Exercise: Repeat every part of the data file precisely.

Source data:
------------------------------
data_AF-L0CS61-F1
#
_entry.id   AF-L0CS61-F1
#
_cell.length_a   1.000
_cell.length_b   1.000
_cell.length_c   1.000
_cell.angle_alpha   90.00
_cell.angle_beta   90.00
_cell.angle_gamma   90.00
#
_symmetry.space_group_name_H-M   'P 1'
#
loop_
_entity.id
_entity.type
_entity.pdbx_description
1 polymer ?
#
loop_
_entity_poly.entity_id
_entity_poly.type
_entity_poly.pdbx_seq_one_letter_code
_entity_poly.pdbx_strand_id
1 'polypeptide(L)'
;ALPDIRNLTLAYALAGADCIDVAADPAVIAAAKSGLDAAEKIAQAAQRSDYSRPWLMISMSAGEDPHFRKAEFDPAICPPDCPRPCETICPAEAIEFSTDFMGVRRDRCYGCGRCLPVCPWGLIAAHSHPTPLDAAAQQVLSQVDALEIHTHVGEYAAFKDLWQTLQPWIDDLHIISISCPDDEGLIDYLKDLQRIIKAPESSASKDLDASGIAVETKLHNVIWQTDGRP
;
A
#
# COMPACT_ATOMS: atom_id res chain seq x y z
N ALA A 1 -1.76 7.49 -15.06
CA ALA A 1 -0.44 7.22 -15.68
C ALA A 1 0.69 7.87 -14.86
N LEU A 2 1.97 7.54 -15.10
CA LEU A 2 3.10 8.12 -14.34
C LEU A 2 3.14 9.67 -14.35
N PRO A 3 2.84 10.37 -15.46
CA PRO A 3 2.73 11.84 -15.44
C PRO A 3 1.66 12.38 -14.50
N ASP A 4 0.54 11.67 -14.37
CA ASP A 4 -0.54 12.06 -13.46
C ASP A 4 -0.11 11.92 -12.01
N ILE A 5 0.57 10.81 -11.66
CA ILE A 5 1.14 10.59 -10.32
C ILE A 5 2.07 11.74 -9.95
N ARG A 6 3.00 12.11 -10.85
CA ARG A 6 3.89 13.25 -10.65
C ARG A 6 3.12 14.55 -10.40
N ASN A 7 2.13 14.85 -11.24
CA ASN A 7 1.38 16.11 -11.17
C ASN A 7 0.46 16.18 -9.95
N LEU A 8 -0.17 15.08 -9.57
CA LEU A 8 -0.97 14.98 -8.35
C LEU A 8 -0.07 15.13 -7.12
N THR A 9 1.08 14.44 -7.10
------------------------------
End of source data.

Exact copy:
data_AF-L0CS61-F1
#
_entry.id   AF-L0CS61-F1
#
_cell.length_a   1.000
_cell.length_b   1.000
_cell.length_c   1.000
_cell.angle_alpha   90.00
_cell.angle_beta   90.00
_cell.angle_gamma   90.00
#
_symmetry.space_group_name_H-M   'P 1'
#
loop_
_entity.id
_entity.type
_entity.pdbx_description
1 polymer ?
#
loop_
_entity_poly.entity_id
_entity_poly.type
_entity_poly.pdbx_seq_one_letter_code
_entity_poly.pdbx_strand_id
1 'polypeptide(L)'
;ALPDIRNLTLAYALAGADCIDVAADPAVIAAAKSGLDAAEKIAQAAQRSDYSRPWLMISMSAGEDPHFRKAEFDPAICPPDCPRPCETICPAEAIEFSTDFMGVRRDRCYGCGRCLPVCPWGLIAAHSHPTPLDAAAQQVLSQVDALEIHTHVGEYAAFKDLWQTLQPWIDDLHIISISCPDDEGLIDYLKDLQRIIKAPESSASKDLDASGIAVETKLHNVIWQTDGRP
;
A
#
# COMPACT_ATOMS: atom_id res chain seq x y z
N ALA A 1 -1.76 7.49 -15.06
CA ALA A 1 -0.44 7.22 -15.68
C ALA A 1 0.69 7.87 -14.86
N LEU A 2 1.97 7.54 -15.10
CA LEU A 2 3.10 8.12 -14.34
C LEU A 2 3.14 9.67 -14.35
N PRO A 3 2.84 10.37 -15.46
CA PRO A 3 2.73 11.84 -15.44
C PRO A 3 1.66 12.38 -14.50
N ASP A 4 0.54 11.67 -14.37
CA ASP A 4 -0.54 12.06 -13.46
C ASP A 4 -0.11 11.92 -12.01
N ILE A 5 0.57 10.81 -11.66
CA ILE A 5 1.14 10.59 -10.32
C ILE A 5 2.07 11.74 -9.95
N ARG A 6 3.00 12.11 -10.85
CA ARG A 6 3.89 13.25 -10.65
C ARG A 6 3.12 14.55 -10.40
N ASN A 7 2.13 14.85 -11.24
CA ASN A 7 1.38 16.11 -11.17
C ASN A 7 0.46 16.18 -9.95
N LEU A 8 -0.17 15.08 -9.57
CA LEU A 8 -0.97 14.98 -8.35
C LEU A 8 -0.07 15.13 -7.12
N THR A 9 1.08 14.44 -7.10